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Group Organizer
Denver, CO
Post #: 8
Hey everyone, so I just had a very interesting weekend, Thursday went up to Red Rocks to do a little hiking and as I was headed back I got a call from one of my roommates... he said in a very sullen voice:
"Hey David, I just got home and discovered we had no power, and Excel left an interesting note on the door"
Apparently, the electric bill hasn't been paid since we moved in, and they wanted a whole lot of money... So I went and did what anyone reasonable American would do who needs some instant money on Saint Patrick's day, I went and bought a bottle of Irish whiskey and a scratch ticket...
Unsurprisingly, the scratch ticket was not a winner, so I realized it was going to be a couple days before paychecks came through, and we could get the power back on. So now it was time to act... I went upstairs grabbed some flashlights, a glowsitck, fashioned a chandler out of tealight candles. Next I went to the fridge and put most perishable foods from the fridge into the freezer.
I had some food cooking in my Crockpot that only got about halfway finished, which was quite disappointing, but we realized it could be finished outside on the grill. So we fired that bad boy up, had steak, potato's, and whiskey by candlelight. Day one was a relaxing evening.

Day One lessons learned: get more tealight candles and more propane.

Day two was a bit colder, it was the start of all the snow coming down... I work from home on my computer, so I got to take the day off... so I slept in. I broke out my mini camping stove and boiled some water to make some coffee, I make-shifted a french press, and enjoyed a tasty cup of strong hot coffee.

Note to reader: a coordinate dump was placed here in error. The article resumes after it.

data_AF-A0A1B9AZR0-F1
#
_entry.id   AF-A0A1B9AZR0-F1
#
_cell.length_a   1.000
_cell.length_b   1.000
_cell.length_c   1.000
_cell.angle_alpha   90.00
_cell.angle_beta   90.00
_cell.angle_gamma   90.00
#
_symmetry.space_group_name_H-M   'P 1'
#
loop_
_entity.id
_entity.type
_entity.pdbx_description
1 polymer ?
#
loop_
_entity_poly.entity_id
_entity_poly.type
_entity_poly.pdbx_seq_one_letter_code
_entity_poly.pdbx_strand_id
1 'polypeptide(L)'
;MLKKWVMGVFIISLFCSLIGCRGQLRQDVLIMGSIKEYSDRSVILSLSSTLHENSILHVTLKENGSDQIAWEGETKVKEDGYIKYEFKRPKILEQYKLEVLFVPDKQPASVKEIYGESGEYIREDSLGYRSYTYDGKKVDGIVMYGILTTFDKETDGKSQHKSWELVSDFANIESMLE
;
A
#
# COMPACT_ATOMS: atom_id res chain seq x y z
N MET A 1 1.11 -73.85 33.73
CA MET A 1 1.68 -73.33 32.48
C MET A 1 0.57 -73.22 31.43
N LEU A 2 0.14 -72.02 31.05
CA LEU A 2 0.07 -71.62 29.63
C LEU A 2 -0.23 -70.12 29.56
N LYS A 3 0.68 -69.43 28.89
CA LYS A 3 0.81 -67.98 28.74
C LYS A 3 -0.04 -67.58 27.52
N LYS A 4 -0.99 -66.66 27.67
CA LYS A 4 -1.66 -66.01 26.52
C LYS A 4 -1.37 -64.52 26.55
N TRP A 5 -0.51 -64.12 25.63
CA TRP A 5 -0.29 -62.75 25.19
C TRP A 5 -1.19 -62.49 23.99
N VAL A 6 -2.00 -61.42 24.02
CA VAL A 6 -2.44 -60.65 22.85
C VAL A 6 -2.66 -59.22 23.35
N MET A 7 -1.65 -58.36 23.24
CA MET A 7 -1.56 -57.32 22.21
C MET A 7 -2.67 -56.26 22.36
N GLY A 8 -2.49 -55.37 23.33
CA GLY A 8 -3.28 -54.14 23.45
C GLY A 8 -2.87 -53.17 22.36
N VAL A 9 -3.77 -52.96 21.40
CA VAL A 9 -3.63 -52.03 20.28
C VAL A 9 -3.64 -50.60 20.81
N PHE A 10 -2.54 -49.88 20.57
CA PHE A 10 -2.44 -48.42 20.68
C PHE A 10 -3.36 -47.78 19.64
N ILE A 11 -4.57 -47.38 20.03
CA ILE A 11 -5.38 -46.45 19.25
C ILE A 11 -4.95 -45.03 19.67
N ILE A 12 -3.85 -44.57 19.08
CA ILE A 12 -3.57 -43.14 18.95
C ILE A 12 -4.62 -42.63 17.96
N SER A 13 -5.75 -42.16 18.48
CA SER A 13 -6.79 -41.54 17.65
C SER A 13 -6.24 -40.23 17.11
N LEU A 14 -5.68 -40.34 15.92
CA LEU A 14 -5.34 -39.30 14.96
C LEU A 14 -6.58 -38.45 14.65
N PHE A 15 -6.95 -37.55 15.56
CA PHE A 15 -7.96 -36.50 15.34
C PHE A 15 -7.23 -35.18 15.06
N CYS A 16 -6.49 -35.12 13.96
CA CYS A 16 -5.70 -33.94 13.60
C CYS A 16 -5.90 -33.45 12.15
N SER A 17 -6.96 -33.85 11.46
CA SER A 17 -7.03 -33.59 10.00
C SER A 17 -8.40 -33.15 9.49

I had nothing to do really so I broke out some books and read a bit, My phone is very data intensive so I checked some e-mails, and then shut it off while it had a little bit of charge left, I have an emergency battery charger that I keep in my GHB, and it gave my phone about a 50% charge, luckily I do have a land line and a hard copy of all my phone numbers so I was still connected to my friends and family. I also had a solar weather radio/flashlight/phone charger, that did not work at all to charge my phone, but it did play some music to keep me company.
As it started to get colder I got some canned ravioli and put it on my stove, and cut up some cardboard and firewood and got the fireplace ready for later that night, My roommates came home with a big bottle of wine, a big Coleman stove, and some taco supplies so once again we ate well, had some good drink and conversation by the firelight.

Lessons learned from day 2: Get a backup cellphone that holds a charge longer than half a day, and a real french press.

Day three was cold... the gas was still on so we had hot water, but the fan to the heater couldn't click on so there was no heat circulating, I tried to make a mini wood fire again in my little stove to boil enough water for some coffee and oatmeal, and I kept smothering it out, and I ended up getting cold and frustrated...